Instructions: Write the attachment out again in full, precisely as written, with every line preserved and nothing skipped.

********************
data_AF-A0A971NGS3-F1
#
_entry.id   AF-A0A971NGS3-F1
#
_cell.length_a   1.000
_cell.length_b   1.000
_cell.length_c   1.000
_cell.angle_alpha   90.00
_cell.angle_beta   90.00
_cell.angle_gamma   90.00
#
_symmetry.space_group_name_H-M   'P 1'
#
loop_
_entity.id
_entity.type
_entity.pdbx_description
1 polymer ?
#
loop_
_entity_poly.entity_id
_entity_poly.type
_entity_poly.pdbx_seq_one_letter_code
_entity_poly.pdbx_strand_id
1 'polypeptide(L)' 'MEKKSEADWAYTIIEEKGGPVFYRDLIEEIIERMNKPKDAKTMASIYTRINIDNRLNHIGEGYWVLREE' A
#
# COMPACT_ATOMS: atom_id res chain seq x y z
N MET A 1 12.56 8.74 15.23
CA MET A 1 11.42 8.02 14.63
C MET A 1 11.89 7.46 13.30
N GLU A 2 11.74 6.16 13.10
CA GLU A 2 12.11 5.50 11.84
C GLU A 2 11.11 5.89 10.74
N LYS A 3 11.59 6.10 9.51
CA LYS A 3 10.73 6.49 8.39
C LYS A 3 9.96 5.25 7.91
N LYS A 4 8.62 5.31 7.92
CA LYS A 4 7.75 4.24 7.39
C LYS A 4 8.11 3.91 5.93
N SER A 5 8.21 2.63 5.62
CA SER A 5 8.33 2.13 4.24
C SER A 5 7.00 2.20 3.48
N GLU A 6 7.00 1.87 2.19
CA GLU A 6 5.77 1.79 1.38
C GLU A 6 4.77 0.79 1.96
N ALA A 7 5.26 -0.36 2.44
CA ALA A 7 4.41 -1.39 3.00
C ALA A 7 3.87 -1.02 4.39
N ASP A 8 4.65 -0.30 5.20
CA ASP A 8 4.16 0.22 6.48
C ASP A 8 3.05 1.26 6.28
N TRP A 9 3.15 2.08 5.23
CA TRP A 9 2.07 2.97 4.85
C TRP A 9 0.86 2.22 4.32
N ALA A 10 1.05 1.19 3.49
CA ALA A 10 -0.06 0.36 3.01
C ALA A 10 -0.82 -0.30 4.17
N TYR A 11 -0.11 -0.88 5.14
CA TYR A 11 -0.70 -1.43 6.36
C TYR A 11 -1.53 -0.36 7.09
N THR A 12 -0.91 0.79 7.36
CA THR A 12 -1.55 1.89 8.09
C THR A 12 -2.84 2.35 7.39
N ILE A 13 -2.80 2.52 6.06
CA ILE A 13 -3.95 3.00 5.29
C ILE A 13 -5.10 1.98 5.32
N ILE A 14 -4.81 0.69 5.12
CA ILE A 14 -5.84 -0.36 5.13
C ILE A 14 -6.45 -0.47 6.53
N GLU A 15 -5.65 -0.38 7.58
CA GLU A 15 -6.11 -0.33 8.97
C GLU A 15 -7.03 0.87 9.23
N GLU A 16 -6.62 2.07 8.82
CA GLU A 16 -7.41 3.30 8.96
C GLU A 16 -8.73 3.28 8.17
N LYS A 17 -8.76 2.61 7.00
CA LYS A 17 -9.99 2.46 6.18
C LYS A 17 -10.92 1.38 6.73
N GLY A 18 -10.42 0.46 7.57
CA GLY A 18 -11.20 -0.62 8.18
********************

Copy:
data_AF-A0A971NGS3-F1
#
_entry.id   AF-A0A971NGS3-F1
#
_cell.length_a   1.000
_cell.length_b   1.000
_cell.length_c   1.000
_cell.angle_alpha   90.00
_cell.angle_beta   90.00
_cell.angle_gamma   90.00
#
_symmetry.space_group_name_H-M   'P 1'
#
loop_
_entity.id
_entity.type
_entity.pdbx_description
1 polymer ?
#
loop_
_entity_poly.entity_id
_entity_poly.type
_entity_poly.pdbx_seq_one_letter_code
_entity_poly.pdbx_strand_id
1 'polypeptide(L)' 'MEKKSEADWAYTIIEEKGGPVFYRDLIEEIIERMNKPKDAKTMASIYTRINIDNRLNHIGEGYWVLREE' A
#
# COMPACT_ATOMS: atom_id res chain seq x y z
N MET A 1 12.56 8.74 15.23
CA MET A 1 11.42 8.02 14.63
C MET A 1 11.89 7.46 13.30
N GLU A 2 11.74 6.16 13.10
CA GLU A 2 12.11 5.50 11.84
C GLU A 2 11.11 5.89 10.74
N LYS A 3 11.59 6.10 9.51
CA LYS A 3 10.73 6.49 8.39
C LYS A 3 9.96 5.25 7.91
N LYS A 4 8.62 5.31 7.92
CA LYS A 4 7.75 4.24 7.39
C LYS A 4 8.11 3.91 5.93
N SER A 5 8.21 2.63 5.62
CA SER A 5 8.33 2.13 4.24
C SER A 5 7.00 2.20 3.48
N GLU A 6 7.00 1.87 2.19
CA GLU A 6 5.77 1.79 1.38
C GLU A 6 4.77 0.79 1.96
N ALA A 7 5.26 -0.36 2.44
CA ALA A 7 4.41 -1.39 3.00
C ALA A 7 3.87 -1.02 4.39
N ASP A 8 4.65 -0.30 5.20
CA ASP A 8 4.16 0.22 6.48
C ASP A 8 3.05 1.26 6.28
N TRP A 9 3.15 2.08 5.23
CA TRP A 9 2.07 2.97 4.85
C TRP A 9 0.86 2.22 4.32
N ALA A 10 1.05 1.19 3.49
CA ALA A 10 -0.06 0.36 3.01
C ALA A 10 -0.82 -0.30 4.17
N TYR A 11 -0.11 -0.88 5.14
CA TYR A 11 -0.70 -1.43 6.36
C TYR A 11 -1.53 -0.36 7.09
N THR A 12 -0.91 0.79 7.36
CA THR A 12 -1.55 1.89 8.09
C THR A 12 -2.84 2.35 7.39
N ILE A 13 -2.80 2.52 6.06
CA ILE A 13 -3.95 3.00 5.29
C ILE A 13 -5.10 1.98 5.32
N ILE A 14 -4.81 0.69 5.12
CA ILE A 14 -5.84 -0.36 5.13
C ILE A 14 -6.45 -0.47 6.53
N GLU A 15 -5.65 -0.38 7.58
CA GLU A 15 -6.11 -0.33 8.97
C GLU A 15 -7.03 0.87 9.23
N GLU A 16 -6.62 2.07 8.82
CA GLU A 16 -7.41 3.30 8.96
C GLU A 16 -8.73 3.28 8.17
N LYS A 17 -8.76 2.61 7.00
CA LYS A 17 -9.99 2.46 6.18
C LYS A 17 -10.92 1.38 6.73
N GLY A 18 -10.42 0.46 7.57
CA GLY A 18 -11.20 -0.62 8.18